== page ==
The Tablet S will ship with Android 3.1 Honeycomb. Sony says it is "upgradeable" to Honeycomb 3.2. The Tablet P will ship with Android 3.2. Both will include dual-core Tegra2 processors, 5-megapixel main cameras that shoot 720p HD video, and VGA (0.3-megapixel) cameras that face the user for video chats.
The S has a single 9.4-inch TruBlack LCD panel with 1280 x 800 pixels. Sony describes this tablet as having an off-center of gravity design that realizes stability and ease of grip, as well as a sense of stability and lightness, offering comfortable use for hours.
The S has a tapered shape that sort of resembles the MacBook Air. The device will make heavy use of Sony's Qriosity (pronounced "curiosity") media service. It will have a customized "Quick and Smooth" touch panel user interface--hopefully nothing like its Xperia UI.
Sony allowed some blogs to get early access to the device for some initial reviews. Joshua Topolsky, of ThisIsMyNext.com, gave the S lumps for its hard-to-use software. He wrote, " In Sony’s attempt to alter (or improve?) the experience of the OS, the company has simply made it more messy. I didn’t feel like I wanted to pick the device up and work with it--I felt like I wanted to avoid it. The company is capable of making some very nice and handsomely designed hardware, and I would say that they’ve accomplished that with the Tablet S. But as in past efforts, Sony seems to struggle on the software side, and that makes this device harder to recommend even against other Honeycomb tablets." He rated the S a six out of ten.
The Sony Tablet P is unique for a tablet. It has a sideways clamshell design with two 5.4-inch displays (1024 x 480 pixels) that, when opened, make a larger display--albeit with a black bar running down the middle. It will have a customized user interface and can make use of one screen for game controllers.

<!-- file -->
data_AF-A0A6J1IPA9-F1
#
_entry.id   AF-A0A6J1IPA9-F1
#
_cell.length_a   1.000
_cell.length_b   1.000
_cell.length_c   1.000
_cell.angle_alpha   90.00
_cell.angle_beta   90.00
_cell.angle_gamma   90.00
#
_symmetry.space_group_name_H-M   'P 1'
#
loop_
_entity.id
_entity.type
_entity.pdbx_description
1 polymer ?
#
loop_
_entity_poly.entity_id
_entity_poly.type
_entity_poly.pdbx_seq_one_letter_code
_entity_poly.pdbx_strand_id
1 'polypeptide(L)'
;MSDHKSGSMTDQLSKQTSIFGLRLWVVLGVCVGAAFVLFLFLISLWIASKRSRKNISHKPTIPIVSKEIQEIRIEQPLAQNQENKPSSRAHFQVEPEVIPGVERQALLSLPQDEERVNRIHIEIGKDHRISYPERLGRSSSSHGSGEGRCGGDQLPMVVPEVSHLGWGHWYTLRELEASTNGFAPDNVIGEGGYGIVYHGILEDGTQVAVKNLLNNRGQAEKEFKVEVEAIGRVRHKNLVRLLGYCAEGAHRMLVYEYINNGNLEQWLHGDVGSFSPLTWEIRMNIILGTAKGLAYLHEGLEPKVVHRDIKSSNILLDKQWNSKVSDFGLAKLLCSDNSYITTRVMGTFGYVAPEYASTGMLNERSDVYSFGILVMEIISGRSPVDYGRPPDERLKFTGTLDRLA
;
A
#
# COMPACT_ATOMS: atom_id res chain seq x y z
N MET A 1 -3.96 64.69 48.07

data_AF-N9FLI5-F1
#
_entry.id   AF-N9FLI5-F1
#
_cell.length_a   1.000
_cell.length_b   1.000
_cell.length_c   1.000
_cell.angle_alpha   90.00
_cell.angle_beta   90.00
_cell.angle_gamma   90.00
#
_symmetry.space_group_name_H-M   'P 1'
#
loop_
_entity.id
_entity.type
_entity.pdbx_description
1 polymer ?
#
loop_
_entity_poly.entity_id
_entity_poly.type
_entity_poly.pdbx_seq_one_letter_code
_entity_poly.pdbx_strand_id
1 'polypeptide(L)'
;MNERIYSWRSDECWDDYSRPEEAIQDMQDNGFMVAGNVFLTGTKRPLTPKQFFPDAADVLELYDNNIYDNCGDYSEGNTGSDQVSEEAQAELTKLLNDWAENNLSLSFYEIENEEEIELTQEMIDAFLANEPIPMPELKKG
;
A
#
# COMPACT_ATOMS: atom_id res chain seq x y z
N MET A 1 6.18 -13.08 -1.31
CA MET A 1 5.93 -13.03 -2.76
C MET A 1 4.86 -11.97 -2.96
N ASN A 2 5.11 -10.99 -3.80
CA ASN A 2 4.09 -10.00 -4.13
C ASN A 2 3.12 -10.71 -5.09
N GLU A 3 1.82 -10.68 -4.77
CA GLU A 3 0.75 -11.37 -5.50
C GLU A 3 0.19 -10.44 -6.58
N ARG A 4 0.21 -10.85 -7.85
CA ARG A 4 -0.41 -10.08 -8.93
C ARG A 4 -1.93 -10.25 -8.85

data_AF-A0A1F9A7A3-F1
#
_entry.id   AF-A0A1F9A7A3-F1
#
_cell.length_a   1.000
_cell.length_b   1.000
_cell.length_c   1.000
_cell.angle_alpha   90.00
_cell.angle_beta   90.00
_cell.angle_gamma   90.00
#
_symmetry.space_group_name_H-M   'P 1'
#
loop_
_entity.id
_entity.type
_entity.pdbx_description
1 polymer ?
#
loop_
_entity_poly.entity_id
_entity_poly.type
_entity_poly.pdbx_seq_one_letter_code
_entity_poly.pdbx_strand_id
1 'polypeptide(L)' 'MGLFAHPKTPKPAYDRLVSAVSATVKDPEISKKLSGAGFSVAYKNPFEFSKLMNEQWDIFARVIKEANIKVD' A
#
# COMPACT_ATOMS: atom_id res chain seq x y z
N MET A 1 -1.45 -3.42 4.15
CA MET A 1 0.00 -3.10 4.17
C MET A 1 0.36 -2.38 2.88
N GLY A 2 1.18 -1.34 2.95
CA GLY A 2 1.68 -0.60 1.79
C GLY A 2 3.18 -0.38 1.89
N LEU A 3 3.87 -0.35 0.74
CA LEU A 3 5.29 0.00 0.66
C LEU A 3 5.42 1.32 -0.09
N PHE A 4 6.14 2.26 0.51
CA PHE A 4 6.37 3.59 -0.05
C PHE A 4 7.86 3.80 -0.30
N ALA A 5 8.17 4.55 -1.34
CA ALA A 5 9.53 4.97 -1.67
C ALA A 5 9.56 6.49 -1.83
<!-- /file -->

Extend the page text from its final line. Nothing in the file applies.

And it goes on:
The P will be PlayStation certified (as will the S) and come with support for DLNA media sharing.
Pricing for the tablet's data plans have yet to be revealed, along with the for-sale date from AT&T. The Sony Tablet P will also have unfettered access to AT&T's 20,000 Wi-Fi access points in case its HSPA+ network isn't available. That means free Wi-Fi in tons of airports, hotels, convention halls, and restaurants.
Can Sony make a dent so far behind the rest of the tablet pack? That's doubtful, I'd wager. The company can certainly throw together decent products, as Topolsky noted, but its track record with mobile devices--just look at any of the cell phones it has announced in the last two years--isn't what you'd call successful.
The price point for the Tablet S isn't terrible, but it is going up against the iPad and a handful of Android tablets. At this point in the game, it is a bit of a late-comer. The Tablet P, although unique, will be an even later-comer. Sony has its work cut out for it.